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First World War: Wireless and Secret Listening Stations

Historic England is funding a project to identify the most significant wireless stations that listened in to German signals, communicated with shipping and co-ordinated the air defence of the country.

From the late 19th century the earth was ringed by undersea telegraph cables that carried the world’s commercial and diplomatic communications. One of the first acts of war by the British was the cutting of German cable connections, thereby forcing them to rely on their long-range wireless stations.

This in turn opened up new possibilities of listening into German diplomatic communications, as well as military and naval wireless traffic. To date relatively little work has been done on the birth of this subject, especially on the locations and forms of these early wireless and signals intelligence sites.

Wireless station, Hunstanton, Norfolk
The wireless station at Hunstanton in Norfolk was one of a number of such stations strung along the east coast whose role was to intercept German naval and diplomatic communications. Today this scene is little changed, with the lighthouse, coastguard tower and cottages still remaining. (EPW001849)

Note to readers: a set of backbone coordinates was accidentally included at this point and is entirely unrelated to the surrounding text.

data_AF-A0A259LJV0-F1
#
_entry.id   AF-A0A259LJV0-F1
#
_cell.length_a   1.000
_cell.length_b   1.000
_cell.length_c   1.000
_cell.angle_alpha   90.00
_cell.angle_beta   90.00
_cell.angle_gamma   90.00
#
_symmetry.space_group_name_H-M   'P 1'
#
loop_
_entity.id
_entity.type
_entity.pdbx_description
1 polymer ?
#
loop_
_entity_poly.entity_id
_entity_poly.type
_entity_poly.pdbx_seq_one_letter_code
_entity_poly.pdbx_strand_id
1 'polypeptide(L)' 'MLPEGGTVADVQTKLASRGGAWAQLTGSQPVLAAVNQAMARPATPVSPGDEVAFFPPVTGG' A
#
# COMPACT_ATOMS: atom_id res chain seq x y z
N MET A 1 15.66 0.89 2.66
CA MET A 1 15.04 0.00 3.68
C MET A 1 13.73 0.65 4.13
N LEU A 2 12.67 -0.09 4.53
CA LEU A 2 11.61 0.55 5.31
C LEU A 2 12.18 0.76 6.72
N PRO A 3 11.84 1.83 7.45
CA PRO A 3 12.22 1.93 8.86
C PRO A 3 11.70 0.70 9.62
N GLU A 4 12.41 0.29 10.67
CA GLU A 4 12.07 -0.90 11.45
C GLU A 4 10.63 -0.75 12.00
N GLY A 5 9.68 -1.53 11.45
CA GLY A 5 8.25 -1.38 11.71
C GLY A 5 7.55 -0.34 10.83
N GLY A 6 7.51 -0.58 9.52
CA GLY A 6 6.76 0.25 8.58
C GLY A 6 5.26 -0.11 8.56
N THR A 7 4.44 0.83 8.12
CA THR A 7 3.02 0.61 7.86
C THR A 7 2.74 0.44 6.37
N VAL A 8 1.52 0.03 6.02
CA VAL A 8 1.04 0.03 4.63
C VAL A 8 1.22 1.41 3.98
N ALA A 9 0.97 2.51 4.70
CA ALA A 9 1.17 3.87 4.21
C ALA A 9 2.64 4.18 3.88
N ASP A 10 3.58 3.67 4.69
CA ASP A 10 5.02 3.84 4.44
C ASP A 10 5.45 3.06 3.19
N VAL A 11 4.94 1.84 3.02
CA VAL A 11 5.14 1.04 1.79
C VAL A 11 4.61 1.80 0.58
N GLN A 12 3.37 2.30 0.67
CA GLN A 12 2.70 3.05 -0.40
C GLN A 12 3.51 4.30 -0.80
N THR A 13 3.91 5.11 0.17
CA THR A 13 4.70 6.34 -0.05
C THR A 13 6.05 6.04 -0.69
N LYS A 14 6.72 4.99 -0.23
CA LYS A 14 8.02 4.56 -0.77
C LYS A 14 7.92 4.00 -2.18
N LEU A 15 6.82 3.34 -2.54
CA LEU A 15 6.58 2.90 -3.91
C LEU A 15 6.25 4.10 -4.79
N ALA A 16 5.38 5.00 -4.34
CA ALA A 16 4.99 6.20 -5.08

During the war wireless communications made great progress and, by 1915, the use of wireless in aircraft was sufficiently developed for use in artillery spotting in France. One of the most significant wartime developments was the introduction of thermionic valves that enabled the development of voice telephony with a microphone fitted to the transmitter and headphones to the receiver. By the end of the war, wireless had been combined with other new technologies, including airships, tanks and aircraft, and the jamming and monitoring of communications was routine.

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